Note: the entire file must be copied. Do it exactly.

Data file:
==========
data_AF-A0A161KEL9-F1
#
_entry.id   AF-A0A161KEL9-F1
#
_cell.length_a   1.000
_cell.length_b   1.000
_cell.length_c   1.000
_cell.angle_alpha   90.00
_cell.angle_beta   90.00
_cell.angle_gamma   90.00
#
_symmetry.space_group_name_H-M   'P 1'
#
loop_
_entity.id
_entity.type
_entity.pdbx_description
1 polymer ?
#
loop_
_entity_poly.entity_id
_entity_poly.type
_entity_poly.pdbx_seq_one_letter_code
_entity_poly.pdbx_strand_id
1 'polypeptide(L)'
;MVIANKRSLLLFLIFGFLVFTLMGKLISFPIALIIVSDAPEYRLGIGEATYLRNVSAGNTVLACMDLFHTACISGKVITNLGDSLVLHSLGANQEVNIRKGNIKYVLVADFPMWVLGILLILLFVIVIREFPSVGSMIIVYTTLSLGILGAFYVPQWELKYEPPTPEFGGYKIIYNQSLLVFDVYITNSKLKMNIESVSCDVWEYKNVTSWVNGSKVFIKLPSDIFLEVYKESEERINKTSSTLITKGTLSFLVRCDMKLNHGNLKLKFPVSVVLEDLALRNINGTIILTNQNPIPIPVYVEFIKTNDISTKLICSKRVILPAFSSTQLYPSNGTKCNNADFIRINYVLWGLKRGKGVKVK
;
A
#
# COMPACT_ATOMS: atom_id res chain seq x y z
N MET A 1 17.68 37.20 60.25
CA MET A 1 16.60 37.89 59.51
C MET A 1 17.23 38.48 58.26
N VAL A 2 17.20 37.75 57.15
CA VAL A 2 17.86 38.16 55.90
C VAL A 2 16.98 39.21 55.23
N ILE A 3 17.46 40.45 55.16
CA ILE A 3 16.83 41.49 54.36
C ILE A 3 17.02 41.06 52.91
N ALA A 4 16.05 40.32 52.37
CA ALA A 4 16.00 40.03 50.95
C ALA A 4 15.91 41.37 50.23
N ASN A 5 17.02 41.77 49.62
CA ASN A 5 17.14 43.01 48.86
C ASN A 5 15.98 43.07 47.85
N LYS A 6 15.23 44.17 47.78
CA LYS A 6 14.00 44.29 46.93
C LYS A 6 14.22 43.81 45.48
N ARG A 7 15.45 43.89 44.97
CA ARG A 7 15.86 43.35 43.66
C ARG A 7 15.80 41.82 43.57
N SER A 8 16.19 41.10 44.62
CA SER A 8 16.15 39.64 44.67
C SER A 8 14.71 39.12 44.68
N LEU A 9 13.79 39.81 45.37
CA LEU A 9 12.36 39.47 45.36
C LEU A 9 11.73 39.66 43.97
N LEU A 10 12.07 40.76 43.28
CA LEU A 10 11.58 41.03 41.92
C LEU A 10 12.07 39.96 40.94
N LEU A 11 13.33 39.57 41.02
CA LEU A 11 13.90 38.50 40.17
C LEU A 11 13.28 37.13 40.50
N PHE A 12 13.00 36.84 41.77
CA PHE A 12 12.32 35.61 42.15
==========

data_AF-A0A161KEL9-F1
#
_entry.id   AF-A0A161KEL9-F1
#
_cell.length_a   1.000
_cell.length_b   1.000
_cell.length_c   1.000
_cell.angle_alpha   90.00
_cell.angle_beta   90.00
_cell.angle_gamma   90.00
#
_symmetry.space_group_name_H-M   'P 1'
#
loop_
_entity.id
_entity.type
_entity.pdbx_description
1 polymer ?
#
loop_
_entity_poly.entity_id
_entity_poly.type
_entity_poly.pdbx_seq_one_letter_code
_entity_poly.pdbx_strand_id
1 'polypeptide(L)'
;MVIANKRSLLLFLIFGFLVFTLMGKLISFPIALIIVSDAPEYRLGIGEATYLRNVSAGNTVLACMDLFHTACISGKVITNLGDSLVLHSLGANQEVNIRKGNIKYVLVADFPMWVLGILLILLFVIVIREFPSVGSMIIVYTTLSLGILGAFYVPQWELKYEPPTPEFGGYKIIYNQSLLVFDVYITNSKLKMNIESVSCDVWEYKNVTSWVNGSKVFIKLPSDIFLEVYKESEERINKTSSTLITKGTLSFLVRCDMKLNHGNLKLKFPVSVVLEDLALRNINGTIILTNQNPIPIPVYVEFIKTNDISTKLICSKRVILPAFSSTQLYPSNGTKCNNADFIRINYVLWGLKRGKGVKVK
;
A
#
# COMPACT_ATOMS: atom_id res chain seq x y z
N MET A 1 17.68 37.20 60.25
CA MET A 1 16.60 37.89 59.51
C MET A 1 17.23 38.48 58.26
N VAL A 2 17.20 37.75 57.15
CA VAL A 2 17.86 38.16 55.90
C VAL A 2 16.98 39.21 55.23
N ILE A 3 17.46 40.45 55.16
CA ILE A 3 16.83 41.49 54.36
C ILE A 3 17.02 41.06 52.91
N ALA A 4 16.05 40.32 52.37
CA ALA A 4 16.00 40.03 50.95
C ALA A 4 15.91 41.37 50.23
N ASN A 5 17.02 41.77 49.62
CA ASN A 5 17.14 43.01 48.86
C ASN A 5 15.98 43.07 47.85
N LYS A 6 15.23 44.17 47.78
CA LYS A 6 14.00 44.29 46.93
C LYS A 6 14.22 43.81 45.48
N ARG A 7 15.45 43.89 44.97
CA ARG A 7 15.86 43.35 43.66
C ARG A 7 15.80 41.82 43.57
N SER A 8 16.19 41.10 44.62
CA SER A 8 16.15 39.64 44.67
C SER A 8 14.71 39.12 44.68
N LEU A 9 13.79 39.81 45.37
CA LEU A 9 12.36 39.47 45.36
C LEU A 9 11.73 39.66 43.97
N LEU A 10 12.07 40.76 43.28
CA LEU A 10 11.58 41.03 41.92
C LEU A 10 12.07 39.96 40.94
N LEU A 11 13.33 39.57 41.02
CA LEU A 11 13.90 38.50 40.17
C LEU A 11 13.28 37.13 40.50
N PHE A 12 13.00 36.84 41.77
CA PHE A 12 12.32 35.61 42.15